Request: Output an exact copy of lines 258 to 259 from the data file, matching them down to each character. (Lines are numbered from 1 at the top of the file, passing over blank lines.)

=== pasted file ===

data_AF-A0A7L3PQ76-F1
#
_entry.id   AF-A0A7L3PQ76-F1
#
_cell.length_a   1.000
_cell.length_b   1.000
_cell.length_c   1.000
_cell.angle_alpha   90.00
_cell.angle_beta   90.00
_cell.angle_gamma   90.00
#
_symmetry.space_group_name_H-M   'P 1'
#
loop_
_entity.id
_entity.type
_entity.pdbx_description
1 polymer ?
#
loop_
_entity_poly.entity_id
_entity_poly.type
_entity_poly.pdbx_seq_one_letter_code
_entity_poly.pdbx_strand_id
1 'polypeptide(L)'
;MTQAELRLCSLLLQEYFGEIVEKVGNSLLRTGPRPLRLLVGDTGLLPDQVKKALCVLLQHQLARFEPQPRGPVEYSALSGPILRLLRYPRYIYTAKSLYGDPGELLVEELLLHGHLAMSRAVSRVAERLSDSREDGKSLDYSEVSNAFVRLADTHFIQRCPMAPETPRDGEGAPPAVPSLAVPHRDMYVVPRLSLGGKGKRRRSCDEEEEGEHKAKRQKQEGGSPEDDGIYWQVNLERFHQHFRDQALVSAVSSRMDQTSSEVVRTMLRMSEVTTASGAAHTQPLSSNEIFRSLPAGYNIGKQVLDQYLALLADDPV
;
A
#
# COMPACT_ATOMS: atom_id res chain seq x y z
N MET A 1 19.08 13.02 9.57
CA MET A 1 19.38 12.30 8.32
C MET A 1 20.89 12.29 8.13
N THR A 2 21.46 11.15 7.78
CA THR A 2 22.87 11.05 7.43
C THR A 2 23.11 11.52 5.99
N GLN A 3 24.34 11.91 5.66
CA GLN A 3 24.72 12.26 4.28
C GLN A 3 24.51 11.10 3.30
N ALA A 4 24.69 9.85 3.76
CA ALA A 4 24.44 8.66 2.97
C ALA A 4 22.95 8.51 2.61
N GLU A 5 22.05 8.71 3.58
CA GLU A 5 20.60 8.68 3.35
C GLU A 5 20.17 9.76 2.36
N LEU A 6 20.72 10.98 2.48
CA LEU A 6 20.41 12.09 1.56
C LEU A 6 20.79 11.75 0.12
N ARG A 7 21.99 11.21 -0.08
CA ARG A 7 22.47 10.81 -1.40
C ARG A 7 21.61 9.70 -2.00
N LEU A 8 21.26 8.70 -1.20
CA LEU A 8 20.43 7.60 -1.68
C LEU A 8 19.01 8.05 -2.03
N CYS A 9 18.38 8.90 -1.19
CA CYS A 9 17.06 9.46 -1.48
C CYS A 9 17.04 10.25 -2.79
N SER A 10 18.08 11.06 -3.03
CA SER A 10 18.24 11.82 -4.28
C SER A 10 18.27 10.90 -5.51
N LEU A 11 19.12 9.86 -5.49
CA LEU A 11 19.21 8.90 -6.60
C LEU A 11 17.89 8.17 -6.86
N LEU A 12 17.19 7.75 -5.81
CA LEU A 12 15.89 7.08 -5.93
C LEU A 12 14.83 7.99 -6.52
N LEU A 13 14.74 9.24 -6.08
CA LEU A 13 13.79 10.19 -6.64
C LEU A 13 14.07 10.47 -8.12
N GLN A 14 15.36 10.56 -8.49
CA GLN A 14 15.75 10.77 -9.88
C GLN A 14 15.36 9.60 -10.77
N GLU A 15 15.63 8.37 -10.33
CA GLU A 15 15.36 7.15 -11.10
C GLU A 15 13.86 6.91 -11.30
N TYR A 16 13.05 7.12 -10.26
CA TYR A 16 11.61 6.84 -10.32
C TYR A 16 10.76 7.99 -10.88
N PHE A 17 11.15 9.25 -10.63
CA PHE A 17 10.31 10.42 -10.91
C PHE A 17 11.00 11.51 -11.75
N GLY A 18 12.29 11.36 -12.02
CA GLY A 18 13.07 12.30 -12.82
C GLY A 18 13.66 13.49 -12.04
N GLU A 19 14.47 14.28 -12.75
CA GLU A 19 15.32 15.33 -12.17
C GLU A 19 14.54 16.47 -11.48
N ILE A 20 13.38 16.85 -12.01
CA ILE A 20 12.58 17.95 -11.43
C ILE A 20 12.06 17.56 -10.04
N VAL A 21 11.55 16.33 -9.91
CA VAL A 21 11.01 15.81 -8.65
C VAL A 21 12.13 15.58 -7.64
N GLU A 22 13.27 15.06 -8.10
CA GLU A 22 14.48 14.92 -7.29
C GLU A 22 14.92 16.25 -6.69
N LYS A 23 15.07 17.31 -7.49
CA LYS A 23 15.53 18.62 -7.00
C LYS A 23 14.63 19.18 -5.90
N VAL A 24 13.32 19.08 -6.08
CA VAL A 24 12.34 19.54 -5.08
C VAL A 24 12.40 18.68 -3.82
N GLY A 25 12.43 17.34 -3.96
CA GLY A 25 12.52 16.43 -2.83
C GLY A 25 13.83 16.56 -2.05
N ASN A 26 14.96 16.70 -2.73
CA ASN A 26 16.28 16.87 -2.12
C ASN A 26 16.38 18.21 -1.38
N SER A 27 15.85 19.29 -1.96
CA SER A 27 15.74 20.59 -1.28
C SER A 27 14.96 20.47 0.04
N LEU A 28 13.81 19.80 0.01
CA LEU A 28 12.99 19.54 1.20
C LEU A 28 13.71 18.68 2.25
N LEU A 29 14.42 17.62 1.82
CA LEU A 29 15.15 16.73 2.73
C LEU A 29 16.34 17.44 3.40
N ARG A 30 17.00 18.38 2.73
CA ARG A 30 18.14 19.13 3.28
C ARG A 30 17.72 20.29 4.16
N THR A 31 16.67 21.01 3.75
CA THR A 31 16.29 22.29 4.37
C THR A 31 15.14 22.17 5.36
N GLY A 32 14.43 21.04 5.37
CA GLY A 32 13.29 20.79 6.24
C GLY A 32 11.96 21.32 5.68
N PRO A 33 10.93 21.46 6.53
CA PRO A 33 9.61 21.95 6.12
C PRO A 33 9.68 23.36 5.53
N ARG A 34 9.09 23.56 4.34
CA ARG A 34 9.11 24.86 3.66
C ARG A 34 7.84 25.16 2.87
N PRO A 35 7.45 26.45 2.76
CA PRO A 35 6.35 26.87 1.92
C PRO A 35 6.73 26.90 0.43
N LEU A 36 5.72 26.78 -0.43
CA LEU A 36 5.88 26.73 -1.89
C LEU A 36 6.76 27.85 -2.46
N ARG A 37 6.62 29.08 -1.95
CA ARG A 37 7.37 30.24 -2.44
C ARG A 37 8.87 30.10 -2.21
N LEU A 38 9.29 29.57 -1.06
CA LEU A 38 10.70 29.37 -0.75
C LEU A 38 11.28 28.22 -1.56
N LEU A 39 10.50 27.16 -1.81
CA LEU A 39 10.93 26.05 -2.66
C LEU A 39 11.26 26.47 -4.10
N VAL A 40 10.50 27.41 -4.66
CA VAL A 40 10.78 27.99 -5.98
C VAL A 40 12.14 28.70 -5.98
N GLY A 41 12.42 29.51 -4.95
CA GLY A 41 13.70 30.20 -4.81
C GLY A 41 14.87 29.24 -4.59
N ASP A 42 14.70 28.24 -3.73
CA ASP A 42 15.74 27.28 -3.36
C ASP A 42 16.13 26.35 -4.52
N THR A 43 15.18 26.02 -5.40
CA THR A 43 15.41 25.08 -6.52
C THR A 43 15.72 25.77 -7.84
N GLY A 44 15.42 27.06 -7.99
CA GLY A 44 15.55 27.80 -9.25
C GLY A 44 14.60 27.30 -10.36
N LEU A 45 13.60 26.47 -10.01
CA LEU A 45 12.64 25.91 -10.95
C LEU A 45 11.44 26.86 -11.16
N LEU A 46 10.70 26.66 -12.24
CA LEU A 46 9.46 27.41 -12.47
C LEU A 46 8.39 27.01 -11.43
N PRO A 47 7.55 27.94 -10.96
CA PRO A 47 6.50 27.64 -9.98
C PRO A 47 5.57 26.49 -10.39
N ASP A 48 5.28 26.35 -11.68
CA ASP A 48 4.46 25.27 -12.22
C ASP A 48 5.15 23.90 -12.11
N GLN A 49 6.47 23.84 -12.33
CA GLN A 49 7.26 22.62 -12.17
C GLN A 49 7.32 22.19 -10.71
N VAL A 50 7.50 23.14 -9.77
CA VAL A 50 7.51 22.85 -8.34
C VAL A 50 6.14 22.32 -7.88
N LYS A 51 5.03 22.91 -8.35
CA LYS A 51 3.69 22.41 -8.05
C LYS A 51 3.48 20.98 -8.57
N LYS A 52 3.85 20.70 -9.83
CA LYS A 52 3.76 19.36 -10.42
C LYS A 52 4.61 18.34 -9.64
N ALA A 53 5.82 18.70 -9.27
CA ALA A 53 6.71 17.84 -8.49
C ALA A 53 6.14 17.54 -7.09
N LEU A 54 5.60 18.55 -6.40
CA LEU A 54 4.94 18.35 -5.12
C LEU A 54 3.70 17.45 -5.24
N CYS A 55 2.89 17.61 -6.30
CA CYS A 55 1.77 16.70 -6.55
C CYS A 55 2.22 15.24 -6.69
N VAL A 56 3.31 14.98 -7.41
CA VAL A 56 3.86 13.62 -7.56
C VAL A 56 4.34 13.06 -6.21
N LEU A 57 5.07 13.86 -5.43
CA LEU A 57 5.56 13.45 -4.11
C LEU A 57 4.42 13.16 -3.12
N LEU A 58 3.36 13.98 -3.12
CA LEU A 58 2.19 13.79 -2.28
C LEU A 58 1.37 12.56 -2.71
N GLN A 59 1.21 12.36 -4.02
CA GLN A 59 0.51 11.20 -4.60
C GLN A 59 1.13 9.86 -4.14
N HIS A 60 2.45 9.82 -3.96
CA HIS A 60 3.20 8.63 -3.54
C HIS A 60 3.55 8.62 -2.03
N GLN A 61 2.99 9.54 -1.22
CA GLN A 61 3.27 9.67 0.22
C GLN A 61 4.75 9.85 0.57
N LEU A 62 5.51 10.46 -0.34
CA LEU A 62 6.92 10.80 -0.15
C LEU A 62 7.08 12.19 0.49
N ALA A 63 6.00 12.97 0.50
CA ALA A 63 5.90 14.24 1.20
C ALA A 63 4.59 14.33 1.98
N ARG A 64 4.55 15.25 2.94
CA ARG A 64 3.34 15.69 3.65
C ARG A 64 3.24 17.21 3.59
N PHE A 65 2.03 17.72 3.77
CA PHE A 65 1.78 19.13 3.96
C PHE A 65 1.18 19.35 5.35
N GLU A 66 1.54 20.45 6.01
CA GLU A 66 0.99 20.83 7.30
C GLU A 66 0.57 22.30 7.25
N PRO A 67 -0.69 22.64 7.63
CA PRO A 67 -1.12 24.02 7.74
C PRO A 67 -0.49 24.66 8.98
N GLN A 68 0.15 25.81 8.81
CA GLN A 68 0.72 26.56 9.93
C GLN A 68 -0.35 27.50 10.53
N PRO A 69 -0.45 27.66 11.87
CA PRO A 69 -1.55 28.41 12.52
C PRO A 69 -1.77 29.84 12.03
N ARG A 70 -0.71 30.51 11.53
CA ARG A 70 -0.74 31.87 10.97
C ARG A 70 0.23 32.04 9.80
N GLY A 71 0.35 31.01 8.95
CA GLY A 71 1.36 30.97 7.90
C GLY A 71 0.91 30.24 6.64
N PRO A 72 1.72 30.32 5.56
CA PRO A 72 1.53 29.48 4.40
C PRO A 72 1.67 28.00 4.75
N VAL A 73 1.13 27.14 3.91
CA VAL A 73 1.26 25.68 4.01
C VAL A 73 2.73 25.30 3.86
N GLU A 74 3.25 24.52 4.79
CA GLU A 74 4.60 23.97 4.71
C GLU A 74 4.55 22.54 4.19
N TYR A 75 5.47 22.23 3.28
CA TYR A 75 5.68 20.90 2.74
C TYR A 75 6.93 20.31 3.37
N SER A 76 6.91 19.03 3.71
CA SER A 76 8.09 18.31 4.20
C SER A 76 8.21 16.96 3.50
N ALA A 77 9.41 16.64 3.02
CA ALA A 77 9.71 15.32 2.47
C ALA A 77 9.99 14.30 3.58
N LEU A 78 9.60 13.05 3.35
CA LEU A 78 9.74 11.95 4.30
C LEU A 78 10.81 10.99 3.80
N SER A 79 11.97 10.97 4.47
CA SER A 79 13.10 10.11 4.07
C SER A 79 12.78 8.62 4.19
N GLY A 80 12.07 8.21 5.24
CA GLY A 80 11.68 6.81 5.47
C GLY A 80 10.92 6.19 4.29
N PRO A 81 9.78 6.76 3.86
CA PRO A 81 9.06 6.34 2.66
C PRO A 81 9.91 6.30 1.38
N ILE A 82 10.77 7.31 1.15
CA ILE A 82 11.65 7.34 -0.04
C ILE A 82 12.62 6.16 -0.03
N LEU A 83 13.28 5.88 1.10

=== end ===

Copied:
C SER A 76 8.21 16.96 3.50
N ALA A 77 9.41 16.64 3.02